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0 Pennsylvania, Day 3, Greta Thamm, Grade 4

40-50 minutes
Constitution, Bill of Rights, Freedoms
Matching Skills, Team/Group work, Drawing Skills, Computer Skills
1.1 Integration of Learning Outcomes/Objectives
Students will be able to match the amendment number with the correct
explanation of it.
Students will be able to represent each amendment by drawing it.
1.2 Standards

NCSS.1.6.a ...enable learners to examine the rights and responsibilities of the
individual in relation to his or her family, social groups, community, and nation;

NCSS.1.6.c ...provide opportunities for learners to examine issues involving the
rights, roles, and status of individuals in relation to the general welfare;

NCSS.1.6.g ...challenge learners to apply concepts such as power, role, status, justice,
and influence to the examination of persistent issues and social problems;

8.2.4.B: Locate historical documents, artifacts, and places critical to Pennsylvania

5.1.4.D: Identify key ideas about government found in significant documents:
Declaration of Independence
United States Constitution
Bill of Rights
Pennsylvania Constitution

1.3 Anticipatory Set:
1. Students will sit on the rug in front of the teacher.
2. The teacher will discuss what the students previously learned; the geography
of the mid-atlantic states.
3. Teacher will ask the students how they think the states all work together to
stay unified as a country?
4. The teacher will explain that Philadelphia played a big role in this because it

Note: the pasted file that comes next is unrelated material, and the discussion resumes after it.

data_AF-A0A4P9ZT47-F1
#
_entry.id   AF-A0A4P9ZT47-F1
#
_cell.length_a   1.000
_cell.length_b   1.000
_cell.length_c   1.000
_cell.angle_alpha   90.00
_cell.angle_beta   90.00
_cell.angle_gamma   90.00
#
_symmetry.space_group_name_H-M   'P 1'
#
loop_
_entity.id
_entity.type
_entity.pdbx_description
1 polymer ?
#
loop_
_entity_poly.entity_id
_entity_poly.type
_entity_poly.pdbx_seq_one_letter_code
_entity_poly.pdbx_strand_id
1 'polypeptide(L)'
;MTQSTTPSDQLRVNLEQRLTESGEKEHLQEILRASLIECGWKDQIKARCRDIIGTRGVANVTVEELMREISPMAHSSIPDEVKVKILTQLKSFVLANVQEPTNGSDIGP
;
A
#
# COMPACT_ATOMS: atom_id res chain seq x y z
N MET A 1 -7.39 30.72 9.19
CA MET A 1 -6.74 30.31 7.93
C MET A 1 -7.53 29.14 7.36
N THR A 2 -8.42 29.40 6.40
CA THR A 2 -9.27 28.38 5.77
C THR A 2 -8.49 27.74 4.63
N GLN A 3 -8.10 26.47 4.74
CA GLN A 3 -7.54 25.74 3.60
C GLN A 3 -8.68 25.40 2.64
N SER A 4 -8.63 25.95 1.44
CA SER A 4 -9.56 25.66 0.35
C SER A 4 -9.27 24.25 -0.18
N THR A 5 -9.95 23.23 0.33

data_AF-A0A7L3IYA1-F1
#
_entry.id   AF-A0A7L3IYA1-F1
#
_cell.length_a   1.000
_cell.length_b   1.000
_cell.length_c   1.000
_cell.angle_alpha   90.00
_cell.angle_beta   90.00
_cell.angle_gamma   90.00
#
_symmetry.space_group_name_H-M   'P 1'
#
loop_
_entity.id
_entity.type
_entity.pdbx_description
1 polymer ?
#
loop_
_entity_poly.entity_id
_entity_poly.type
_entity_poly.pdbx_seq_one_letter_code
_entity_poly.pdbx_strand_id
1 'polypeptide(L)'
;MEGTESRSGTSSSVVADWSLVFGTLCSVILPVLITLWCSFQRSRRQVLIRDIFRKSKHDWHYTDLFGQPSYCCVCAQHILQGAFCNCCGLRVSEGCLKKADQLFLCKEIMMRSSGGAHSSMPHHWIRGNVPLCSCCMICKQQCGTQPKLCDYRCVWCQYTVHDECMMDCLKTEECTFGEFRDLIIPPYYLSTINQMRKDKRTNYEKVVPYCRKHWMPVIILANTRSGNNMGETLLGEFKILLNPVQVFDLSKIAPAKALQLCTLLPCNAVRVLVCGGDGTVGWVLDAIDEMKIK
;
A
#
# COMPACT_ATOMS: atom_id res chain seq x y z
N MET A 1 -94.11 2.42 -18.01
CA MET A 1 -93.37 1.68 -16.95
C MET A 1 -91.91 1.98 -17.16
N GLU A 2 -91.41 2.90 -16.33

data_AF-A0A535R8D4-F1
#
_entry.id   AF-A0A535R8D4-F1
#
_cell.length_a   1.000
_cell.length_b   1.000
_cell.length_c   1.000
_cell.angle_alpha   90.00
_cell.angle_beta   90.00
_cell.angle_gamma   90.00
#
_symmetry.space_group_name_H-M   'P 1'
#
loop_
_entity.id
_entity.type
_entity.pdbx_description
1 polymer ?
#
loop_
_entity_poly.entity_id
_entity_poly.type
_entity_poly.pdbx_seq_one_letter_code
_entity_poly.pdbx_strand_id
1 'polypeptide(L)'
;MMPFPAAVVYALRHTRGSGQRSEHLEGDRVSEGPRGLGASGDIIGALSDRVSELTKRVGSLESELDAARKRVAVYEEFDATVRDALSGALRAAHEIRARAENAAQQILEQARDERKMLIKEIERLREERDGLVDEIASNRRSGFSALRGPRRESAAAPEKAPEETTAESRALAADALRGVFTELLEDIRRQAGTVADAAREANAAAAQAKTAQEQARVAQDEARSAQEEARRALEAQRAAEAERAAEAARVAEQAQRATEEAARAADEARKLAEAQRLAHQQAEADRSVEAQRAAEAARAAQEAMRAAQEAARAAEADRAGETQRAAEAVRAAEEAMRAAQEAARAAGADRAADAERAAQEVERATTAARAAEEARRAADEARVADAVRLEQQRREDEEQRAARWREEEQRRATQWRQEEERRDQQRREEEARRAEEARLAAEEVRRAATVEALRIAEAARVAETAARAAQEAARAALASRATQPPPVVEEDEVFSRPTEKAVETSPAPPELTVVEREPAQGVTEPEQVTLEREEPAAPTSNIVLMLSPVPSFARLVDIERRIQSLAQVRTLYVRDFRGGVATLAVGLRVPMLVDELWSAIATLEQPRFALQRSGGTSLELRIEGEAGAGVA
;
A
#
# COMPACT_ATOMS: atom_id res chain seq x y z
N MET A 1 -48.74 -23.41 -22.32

is where the constitution was signed.
5. The teacher will load the US Constitution from and
explain to the students that the constitution was created to unify the country
as they were breaking away from Britain.
6. The teacher will show the students the Bill of Rights and explain that these
were created to give the people rights.
7. The teacher will introduce and then read the book The Bill of Rights:
Protecting our Freedoms Then and Now by Syl Sobel.
8. Once the book is read the teacher will go over each amendment with the
students by going back to that page in the book and discussing each
amendment by asking students if they can explain that amendment in their
own words.
9. Then the teacher will ask the students if they can think of how their lives
would be different if we did not have these amendments.
10. The teacher will take three answers and then send the students back to their

1.4 Procedures:
1. The teacher will then handout Decoding the Bill of Rights to each group.
2. The teacher will split the students up into groups of 4-6 students.
3. The teacher will go around the room and explain each station.
4. The first station will be the Amendment Cootie Catchers.
5. At this station the students will quiz their partner one each amendment by
playing this game that will be set up. (Students will be able to match the
amendment number with the correct explanation of it.)
6. At the second station the students will pick a piece of paper out of a box, on
that piece of paper there will be an amendment with its explanation on it.
7. The student will then use a piece of paper and a pencil or crayons provided
to draw this amendment and have their partner guess which amendment it
is. (Students will be able to represent each amendment by drawing it.)
8. The third station will be at the computers where students will play an
amendment game called Find the missing amendment in Freeville
9. At the fourth station the students will play amendment bingo.
10. There will be one student that reads the scenarios and the other students will
match the scenario with onto the bingo sheet, which will have amendments
1-10 in the squares. (Students will be able to match the amendment
number with the correct explanation of it.)
11. The final station will be to play an amendment matching game with a
partner. (Students will be able to match the amendment number with
the correct explanation of it.)
12. Each group will spend five minutes at a station.
13. The teacher will send each group to a different station and they will rotate
every five minutes.
14. The teacher will walk around and observe and offer help if the students are

1.5 Differentiation:
1. For an ELL student the teacher could place them in a group that would be rich
with students who would really get into the activities. This would benefit the ELL